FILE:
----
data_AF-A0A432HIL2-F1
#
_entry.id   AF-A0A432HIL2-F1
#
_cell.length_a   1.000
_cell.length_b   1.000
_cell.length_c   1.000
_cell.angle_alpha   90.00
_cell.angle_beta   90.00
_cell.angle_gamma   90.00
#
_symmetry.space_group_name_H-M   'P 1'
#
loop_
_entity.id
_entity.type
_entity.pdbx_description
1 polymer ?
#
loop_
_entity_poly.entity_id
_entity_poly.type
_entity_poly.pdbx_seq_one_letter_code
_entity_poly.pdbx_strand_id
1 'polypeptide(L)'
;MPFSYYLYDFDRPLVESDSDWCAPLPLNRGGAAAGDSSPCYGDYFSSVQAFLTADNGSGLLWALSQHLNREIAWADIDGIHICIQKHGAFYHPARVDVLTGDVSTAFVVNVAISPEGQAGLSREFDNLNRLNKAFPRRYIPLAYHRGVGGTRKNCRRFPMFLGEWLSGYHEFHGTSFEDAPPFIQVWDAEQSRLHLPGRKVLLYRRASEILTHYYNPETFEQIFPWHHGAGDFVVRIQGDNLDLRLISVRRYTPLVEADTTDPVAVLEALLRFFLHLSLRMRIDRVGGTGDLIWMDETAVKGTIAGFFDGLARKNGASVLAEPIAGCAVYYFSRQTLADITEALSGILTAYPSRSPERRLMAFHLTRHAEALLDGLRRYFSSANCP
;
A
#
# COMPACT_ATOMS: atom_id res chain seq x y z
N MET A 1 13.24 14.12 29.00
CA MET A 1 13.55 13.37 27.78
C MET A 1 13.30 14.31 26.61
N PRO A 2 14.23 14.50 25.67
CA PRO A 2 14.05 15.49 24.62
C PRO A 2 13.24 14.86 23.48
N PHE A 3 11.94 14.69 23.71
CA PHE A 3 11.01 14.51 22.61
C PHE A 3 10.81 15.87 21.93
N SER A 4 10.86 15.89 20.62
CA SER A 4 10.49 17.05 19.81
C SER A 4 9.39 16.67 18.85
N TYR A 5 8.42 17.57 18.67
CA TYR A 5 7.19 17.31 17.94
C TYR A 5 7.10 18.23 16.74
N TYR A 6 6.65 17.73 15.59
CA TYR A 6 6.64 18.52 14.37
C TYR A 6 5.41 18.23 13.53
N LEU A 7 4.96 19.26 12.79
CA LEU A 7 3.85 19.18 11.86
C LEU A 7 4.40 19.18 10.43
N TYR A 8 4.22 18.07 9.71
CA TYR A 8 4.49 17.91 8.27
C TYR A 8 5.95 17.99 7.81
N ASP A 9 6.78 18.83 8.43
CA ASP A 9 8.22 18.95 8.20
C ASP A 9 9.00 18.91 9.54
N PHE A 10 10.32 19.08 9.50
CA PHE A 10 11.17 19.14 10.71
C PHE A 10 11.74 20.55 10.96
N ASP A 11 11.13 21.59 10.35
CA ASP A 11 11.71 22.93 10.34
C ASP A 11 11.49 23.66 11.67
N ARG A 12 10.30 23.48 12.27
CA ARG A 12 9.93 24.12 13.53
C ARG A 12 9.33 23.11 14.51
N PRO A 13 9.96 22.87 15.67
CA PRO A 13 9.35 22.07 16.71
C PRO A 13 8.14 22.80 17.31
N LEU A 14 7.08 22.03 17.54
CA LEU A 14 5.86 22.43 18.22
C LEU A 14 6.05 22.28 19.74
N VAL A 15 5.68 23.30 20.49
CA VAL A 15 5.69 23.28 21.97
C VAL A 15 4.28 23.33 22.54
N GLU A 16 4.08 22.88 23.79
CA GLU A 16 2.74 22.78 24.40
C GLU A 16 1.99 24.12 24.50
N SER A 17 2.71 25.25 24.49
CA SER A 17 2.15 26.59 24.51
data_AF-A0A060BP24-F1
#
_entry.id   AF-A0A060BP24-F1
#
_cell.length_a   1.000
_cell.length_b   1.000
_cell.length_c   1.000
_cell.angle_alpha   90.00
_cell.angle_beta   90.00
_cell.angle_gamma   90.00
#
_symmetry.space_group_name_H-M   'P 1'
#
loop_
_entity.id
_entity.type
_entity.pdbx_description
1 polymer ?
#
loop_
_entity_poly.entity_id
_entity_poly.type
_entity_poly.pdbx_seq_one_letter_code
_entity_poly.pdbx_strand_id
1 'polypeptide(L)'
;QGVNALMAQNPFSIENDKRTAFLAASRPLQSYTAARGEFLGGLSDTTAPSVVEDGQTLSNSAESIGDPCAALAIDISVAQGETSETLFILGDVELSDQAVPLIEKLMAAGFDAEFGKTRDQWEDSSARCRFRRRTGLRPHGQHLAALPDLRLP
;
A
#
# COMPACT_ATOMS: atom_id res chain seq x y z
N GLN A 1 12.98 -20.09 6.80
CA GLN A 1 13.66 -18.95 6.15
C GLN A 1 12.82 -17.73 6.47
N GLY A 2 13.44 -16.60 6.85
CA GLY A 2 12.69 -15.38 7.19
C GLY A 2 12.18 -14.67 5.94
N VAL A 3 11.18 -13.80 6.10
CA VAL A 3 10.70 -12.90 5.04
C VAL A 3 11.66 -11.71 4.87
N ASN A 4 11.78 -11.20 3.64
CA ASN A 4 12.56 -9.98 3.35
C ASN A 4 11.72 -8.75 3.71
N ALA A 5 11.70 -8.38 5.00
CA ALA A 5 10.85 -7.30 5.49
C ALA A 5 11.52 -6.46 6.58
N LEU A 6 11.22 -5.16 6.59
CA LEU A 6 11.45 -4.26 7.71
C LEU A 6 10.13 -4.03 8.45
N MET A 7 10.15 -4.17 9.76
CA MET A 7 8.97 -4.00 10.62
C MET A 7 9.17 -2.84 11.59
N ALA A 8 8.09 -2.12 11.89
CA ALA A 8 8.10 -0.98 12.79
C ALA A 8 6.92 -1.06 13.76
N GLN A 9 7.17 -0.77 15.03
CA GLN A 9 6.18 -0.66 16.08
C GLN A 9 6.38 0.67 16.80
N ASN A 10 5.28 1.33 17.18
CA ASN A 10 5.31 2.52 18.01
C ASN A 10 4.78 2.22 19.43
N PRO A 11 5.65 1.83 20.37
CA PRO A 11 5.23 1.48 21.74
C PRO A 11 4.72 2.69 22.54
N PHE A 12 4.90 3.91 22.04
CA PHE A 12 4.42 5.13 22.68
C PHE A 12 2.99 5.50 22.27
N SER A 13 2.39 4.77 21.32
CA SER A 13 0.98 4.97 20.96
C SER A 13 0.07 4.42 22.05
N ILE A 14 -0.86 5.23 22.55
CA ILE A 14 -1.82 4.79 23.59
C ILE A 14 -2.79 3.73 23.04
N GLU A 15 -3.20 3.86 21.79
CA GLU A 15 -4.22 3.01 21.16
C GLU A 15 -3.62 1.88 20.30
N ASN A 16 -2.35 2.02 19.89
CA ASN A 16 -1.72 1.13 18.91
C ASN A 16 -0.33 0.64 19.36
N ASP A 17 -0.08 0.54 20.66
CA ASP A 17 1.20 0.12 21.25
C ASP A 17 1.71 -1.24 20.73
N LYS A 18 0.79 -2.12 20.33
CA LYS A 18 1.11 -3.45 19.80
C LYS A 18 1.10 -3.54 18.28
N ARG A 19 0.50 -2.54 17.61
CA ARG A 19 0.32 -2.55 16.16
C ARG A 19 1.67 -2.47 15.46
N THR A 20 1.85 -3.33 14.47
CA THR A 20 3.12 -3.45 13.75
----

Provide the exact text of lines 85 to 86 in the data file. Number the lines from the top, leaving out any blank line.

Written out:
_cell.length_a   1.000
_cell.length_b   1.000